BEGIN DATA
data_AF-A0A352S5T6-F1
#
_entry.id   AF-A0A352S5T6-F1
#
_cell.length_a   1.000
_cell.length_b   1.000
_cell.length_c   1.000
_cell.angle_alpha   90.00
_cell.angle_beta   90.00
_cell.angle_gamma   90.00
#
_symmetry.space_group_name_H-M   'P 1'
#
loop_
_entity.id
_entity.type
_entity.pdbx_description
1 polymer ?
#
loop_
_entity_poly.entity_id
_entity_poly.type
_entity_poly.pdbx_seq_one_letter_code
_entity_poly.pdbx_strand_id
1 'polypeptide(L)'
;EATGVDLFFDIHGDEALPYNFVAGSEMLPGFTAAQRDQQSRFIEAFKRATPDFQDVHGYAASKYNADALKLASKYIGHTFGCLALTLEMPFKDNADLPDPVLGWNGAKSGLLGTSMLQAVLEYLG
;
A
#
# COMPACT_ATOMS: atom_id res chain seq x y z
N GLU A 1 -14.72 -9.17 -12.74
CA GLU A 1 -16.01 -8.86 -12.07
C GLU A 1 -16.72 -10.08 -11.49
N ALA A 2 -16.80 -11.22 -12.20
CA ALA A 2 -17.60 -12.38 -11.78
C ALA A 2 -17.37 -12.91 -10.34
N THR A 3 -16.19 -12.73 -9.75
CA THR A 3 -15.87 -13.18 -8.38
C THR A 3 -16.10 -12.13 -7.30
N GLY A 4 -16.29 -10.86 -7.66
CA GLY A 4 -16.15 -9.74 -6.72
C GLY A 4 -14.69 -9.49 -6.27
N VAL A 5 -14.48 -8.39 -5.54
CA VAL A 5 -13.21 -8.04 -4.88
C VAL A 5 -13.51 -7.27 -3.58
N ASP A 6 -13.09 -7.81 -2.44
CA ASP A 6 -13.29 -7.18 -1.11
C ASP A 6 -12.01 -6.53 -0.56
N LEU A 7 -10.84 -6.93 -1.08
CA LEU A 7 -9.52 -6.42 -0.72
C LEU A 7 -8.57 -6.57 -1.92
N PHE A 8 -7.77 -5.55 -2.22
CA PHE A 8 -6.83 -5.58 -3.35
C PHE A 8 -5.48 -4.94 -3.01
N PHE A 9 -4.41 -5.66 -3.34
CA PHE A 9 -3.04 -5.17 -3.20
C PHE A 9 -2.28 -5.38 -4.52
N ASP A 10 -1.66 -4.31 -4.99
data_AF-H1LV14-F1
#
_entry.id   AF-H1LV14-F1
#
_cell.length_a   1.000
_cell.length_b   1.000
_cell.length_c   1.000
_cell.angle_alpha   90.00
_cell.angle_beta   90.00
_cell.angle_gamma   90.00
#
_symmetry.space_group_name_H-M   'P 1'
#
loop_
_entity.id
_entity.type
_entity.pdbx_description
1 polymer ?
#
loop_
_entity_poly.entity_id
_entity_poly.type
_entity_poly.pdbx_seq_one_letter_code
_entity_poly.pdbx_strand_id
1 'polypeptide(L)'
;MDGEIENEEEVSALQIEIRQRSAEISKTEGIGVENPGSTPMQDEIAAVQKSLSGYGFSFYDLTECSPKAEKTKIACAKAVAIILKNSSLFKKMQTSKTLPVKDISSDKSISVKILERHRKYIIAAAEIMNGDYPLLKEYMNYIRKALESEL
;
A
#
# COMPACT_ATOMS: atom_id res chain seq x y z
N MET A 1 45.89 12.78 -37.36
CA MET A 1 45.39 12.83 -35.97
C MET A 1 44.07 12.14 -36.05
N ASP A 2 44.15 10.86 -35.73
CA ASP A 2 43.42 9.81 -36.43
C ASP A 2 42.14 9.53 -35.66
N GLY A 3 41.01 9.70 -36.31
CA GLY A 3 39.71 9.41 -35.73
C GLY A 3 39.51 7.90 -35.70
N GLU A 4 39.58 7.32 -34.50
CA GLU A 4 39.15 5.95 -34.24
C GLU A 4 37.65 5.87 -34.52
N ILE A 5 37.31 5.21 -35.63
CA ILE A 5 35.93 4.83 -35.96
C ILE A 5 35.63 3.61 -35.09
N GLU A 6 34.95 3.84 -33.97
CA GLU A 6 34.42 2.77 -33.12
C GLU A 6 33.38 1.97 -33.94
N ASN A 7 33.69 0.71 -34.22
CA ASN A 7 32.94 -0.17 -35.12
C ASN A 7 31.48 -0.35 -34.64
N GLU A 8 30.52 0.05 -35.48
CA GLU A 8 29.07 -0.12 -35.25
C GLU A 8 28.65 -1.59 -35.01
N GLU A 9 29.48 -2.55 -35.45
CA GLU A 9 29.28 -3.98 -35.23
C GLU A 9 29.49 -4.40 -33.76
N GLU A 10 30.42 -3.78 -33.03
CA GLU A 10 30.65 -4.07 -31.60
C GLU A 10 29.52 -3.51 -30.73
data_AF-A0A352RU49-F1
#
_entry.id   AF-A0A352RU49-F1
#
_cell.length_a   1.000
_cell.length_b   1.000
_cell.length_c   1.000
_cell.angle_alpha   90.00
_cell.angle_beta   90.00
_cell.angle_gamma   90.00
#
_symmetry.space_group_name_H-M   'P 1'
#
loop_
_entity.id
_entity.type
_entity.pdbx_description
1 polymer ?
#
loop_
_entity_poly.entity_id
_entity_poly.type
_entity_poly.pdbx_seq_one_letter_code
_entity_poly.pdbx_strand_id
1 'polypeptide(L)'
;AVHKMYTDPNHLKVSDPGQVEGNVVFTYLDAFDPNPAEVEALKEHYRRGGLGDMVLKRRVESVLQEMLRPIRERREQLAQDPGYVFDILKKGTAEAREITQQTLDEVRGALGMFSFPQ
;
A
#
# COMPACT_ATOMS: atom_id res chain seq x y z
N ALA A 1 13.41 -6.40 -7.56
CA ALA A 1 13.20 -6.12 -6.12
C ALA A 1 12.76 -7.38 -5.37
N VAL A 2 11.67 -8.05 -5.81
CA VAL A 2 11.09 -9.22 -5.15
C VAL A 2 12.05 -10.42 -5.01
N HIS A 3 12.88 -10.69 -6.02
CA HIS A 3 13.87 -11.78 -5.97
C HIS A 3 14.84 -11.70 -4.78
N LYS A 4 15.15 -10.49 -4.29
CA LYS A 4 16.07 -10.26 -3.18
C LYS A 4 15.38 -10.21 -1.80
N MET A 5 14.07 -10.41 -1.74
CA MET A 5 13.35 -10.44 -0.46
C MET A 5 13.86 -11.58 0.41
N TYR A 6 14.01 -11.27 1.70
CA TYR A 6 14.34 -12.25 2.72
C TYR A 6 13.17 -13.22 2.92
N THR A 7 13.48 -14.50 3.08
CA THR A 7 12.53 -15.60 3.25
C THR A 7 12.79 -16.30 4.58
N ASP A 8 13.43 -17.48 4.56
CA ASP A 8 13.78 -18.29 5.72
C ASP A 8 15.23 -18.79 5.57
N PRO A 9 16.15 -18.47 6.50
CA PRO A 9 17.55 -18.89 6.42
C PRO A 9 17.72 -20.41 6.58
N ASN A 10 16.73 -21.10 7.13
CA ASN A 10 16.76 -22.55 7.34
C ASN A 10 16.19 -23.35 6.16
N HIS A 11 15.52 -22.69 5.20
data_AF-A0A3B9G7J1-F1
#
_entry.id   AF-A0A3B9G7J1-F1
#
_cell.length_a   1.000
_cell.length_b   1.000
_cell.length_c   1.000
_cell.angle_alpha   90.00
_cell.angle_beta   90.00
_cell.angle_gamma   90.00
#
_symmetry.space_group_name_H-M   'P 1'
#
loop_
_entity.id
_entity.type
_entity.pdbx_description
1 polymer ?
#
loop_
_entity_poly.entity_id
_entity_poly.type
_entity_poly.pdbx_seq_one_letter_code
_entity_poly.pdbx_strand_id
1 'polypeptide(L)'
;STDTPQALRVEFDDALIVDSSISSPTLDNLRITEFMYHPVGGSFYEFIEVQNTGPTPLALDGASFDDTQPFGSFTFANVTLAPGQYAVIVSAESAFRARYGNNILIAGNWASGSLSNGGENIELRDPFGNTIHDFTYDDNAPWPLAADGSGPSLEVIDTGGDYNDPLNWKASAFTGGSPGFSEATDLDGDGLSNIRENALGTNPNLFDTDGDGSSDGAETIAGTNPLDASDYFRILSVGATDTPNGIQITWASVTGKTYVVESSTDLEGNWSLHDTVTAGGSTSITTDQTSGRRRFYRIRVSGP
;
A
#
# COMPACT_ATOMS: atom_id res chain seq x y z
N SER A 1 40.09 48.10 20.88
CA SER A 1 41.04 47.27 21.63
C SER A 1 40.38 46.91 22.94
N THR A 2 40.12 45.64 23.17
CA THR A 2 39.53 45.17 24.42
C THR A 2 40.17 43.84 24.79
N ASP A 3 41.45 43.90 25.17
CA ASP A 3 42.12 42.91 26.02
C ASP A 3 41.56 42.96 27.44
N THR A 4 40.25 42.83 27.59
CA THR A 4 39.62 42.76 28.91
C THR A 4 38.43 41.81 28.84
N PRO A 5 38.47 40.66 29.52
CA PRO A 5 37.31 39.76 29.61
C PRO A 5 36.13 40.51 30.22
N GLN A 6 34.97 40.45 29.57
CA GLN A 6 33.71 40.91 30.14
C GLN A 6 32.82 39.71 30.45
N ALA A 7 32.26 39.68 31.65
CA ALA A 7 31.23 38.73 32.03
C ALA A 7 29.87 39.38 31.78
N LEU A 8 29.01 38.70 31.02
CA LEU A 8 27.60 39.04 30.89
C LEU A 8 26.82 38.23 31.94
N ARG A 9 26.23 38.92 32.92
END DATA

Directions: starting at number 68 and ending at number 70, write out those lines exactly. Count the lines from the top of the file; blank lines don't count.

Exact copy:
_cell.angle_gamma   90.00
#
_symmetry.space_group_name_H-M   'P 1'